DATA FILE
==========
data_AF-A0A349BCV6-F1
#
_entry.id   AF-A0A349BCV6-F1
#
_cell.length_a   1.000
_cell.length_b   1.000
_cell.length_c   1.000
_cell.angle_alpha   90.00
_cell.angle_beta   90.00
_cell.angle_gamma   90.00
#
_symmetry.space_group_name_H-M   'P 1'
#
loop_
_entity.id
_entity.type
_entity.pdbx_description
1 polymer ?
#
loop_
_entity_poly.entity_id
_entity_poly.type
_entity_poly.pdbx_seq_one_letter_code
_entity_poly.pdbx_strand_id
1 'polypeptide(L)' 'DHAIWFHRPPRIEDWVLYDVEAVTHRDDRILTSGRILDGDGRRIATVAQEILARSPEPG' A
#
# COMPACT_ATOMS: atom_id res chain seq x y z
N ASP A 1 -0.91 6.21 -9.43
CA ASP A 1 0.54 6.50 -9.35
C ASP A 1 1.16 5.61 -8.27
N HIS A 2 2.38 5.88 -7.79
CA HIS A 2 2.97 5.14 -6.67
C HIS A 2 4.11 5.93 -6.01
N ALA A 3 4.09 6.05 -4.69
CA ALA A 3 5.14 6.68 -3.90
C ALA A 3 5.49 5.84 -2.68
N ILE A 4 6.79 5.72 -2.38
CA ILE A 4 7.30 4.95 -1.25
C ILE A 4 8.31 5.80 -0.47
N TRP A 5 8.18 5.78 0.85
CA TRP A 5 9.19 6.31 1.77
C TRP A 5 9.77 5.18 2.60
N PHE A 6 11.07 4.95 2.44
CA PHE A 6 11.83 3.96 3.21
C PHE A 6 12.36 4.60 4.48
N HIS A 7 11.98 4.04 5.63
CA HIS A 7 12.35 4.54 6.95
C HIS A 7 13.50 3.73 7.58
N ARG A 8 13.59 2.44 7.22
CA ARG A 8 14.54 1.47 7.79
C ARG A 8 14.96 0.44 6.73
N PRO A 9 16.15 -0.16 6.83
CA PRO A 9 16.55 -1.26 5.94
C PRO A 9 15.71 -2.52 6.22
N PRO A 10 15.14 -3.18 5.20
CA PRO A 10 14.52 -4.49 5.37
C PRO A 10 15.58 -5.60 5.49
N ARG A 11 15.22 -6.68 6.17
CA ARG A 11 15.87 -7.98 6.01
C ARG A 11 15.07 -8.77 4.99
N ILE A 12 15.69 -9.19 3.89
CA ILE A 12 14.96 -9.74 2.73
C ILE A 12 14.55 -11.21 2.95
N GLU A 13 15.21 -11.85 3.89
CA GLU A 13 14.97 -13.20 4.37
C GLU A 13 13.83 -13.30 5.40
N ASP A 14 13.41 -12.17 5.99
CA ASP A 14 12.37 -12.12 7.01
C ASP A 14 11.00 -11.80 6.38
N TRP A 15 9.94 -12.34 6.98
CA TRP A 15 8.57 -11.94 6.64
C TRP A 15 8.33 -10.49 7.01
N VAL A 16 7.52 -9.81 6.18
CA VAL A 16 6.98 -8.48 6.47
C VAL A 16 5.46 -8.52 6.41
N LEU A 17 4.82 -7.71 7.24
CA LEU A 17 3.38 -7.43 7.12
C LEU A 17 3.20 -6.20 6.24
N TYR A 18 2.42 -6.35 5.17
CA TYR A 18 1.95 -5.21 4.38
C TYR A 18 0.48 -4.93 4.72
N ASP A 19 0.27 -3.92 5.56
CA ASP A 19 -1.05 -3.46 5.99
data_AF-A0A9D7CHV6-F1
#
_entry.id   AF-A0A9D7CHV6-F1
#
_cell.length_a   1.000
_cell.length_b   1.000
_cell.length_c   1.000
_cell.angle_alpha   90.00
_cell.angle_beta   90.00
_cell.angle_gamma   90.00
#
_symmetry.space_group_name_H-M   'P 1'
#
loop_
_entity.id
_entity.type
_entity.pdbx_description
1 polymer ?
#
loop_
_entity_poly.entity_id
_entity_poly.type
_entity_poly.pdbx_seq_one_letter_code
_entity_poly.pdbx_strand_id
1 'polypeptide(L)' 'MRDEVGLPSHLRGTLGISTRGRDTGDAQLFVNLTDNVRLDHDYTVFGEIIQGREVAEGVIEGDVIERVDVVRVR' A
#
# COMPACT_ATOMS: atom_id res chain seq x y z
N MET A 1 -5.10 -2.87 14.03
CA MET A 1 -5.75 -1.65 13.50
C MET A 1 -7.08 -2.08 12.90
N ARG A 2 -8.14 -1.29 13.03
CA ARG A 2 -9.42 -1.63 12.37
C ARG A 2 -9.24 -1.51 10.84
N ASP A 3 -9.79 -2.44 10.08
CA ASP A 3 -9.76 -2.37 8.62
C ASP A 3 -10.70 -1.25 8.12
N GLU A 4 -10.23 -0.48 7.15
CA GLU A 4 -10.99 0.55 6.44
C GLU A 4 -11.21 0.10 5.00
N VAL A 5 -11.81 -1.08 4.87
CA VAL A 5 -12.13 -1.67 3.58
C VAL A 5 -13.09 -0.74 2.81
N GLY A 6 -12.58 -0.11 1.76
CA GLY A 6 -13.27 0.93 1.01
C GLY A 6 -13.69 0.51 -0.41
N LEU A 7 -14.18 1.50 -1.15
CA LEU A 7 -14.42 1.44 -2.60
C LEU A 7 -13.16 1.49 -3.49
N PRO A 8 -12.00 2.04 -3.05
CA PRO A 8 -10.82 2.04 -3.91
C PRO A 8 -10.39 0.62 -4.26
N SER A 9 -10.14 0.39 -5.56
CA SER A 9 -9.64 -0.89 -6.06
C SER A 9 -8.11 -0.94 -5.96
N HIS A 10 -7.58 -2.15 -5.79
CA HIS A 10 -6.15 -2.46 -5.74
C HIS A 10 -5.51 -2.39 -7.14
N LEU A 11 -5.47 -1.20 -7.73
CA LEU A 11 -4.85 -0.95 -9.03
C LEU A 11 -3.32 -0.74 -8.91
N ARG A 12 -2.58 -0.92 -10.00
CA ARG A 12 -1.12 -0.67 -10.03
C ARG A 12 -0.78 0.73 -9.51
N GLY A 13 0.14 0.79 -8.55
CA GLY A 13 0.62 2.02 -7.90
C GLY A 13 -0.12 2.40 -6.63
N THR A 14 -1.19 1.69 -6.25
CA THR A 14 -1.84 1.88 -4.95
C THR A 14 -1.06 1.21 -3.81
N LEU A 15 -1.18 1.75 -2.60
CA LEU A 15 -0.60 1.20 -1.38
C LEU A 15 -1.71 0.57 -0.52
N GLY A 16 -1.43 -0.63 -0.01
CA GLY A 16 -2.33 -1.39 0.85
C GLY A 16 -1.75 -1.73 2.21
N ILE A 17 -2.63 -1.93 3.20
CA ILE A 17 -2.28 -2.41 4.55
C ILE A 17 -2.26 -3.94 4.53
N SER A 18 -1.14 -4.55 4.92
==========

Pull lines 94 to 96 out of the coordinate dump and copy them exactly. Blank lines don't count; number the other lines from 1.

#
_symmetry.space_group_name_H-M   'P 1'
#